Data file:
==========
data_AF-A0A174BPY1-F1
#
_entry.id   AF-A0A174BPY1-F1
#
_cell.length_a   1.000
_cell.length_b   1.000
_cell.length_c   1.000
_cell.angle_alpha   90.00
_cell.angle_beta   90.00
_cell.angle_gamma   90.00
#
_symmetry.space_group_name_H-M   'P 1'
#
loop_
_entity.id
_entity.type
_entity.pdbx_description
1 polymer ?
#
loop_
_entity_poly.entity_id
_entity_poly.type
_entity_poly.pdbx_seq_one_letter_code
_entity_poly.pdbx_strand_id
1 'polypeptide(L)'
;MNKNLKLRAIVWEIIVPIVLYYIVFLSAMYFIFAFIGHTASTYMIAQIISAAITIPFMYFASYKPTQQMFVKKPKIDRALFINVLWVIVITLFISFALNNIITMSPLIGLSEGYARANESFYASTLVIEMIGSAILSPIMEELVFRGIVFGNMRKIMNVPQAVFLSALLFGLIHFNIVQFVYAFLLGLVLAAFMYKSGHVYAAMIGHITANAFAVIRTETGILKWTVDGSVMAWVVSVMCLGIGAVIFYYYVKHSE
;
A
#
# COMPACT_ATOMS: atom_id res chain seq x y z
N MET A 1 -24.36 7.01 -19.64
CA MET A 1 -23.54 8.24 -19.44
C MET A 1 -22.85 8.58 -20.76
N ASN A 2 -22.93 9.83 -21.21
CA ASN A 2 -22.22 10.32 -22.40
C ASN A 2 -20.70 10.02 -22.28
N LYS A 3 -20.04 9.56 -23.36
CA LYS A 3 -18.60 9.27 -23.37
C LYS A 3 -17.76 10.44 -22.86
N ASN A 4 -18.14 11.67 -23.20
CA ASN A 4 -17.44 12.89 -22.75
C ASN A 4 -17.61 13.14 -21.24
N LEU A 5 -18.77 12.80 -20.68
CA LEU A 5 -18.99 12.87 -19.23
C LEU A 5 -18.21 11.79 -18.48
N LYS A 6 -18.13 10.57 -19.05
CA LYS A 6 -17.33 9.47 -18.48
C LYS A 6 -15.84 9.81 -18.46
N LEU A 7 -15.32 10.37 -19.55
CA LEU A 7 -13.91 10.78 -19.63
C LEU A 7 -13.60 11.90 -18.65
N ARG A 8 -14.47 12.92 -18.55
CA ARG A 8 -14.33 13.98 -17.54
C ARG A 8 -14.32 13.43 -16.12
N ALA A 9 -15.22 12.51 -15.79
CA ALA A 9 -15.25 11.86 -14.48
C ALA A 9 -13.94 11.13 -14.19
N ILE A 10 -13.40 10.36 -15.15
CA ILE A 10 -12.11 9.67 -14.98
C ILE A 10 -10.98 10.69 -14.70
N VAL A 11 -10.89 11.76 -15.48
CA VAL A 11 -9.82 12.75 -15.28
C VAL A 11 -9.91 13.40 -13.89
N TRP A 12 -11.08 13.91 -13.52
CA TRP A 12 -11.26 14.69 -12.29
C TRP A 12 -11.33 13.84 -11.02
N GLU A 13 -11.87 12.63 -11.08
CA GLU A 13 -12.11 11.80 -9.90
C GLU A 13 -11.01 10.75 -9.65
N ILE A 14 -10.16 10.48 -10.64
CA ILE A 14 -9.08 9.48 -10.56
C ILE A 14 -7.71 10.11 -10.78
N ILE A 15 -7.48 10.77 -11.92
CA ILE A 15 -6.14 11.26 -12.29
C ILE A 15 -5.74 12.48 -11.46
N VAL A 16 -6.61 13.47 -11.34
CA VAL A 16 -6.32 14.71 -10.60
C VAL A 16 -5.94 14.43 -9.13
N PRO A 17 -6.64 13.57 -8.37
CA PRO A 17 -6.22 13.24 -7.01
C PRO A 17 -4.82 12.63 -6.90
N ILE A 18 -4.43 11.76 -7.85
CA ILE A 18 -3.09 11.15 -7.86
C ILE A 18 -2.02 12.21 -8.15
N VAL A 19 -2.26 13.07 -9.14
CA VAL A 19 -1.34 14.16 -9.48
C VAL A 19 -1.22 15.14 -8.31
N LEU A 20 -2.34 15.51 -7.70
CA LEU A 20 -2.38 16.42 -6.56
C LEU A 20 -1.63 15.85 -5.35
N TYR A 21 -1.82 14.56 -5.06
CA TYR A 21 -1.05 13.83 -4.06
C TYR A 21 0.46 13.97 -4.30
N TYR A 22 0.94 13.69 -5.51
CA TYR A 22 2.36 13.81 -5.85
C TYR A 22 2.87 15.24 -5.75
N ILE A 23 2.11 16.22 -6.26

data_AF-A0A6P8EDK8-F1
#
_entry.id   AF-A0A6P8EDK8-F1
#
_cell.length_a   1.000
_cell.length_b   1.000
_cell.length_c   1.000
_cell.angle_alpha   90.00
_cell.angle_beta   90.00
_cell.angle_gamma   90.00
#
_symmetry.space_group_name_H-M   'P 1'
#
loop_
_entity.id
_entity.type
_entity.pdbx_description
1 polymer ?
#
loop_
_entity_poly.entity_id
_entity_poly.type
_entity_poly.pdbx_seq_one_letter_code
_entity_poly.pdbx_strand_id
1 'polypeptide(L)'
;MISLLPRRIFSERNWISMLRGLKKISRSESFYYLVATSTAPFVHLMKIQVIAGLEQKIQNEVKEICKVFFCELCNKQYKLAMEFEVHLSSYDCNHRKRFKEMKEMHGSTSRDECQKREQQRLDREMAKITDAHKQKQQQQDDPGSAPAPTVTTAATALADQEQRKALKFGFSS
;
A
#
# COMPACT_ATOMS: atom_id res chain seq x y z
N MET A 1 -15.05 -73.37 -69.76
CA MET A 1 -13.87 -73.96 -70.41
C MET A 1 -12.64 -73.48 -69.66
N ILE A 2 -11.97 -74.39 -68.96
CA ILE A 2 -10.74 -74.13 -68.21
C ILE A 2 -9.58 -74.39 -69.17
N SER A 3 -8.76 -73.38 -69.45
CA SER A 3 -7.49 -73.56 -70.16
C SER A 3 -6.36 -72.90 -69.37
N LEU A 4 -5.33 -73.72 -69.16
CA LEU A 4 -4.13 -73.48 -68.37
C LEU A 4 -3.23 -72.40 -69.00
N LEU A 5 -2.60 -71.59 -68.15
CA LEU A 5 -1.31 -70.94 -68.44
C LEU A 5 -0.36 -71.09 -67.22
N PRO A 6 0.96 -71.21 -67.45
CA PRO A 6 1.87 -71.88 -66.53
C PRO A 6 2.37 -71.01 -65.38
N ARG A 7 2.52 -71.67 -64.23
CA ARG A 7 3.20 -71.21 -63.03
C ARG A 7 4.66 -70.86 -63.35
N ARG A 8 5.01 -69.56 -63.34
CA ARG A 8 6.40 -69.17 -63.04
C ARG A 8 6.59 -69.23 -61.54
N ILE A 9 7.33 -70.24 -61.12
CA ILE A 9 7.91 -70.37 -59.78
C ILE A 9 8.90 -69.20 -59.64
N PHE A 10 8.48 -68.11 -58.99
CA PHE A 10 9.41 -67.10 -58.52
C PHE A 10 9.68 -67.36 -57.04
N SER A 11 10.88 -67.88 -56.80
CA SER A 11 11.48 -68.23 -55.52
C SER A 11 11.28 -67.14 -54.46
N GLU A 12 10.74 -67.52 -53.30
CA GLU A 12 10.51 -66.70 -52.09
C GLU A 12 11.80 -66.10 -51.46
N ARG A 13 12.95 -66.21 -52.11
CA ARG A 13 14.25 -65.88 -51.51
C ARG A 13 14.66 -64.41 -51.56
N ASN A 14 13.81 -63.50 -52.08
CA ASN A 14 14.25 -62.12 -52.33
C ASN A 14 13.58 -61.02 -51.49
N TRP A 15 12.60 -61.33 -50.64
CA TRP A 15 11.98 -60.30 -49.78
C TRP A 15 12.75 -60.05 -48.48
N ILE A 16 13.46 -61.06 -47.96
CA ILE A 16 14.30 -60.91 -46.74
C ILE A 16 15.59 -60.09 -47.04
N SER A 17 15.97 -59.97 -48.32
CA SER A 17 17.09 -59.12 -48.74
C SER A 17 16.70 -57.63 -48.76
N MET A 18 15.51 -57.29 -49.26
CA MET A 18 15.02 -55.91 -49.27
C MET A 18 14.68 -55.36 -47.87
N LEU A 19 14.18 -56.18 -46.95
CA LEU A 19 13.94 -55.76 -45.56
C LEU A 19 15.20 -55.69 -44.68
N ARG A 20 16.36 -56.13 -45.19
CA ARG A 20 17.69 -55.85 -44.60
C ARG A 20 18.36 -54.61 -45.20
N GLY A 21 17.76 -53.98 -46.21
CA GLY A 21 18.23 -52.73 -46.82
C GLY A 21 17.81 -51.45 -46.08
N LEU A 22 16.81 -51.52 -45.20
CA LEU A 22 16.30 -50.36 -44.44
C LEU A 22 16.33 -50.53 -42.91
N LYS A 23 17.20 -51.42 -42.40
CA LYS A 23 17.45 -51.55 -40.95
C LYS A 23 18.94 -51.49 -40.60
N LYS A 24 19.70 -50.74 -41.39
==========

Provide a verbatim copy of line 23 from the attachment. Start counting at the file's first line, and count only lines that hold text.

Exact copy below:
_entity_poly.pdbx_seq_one_letter_code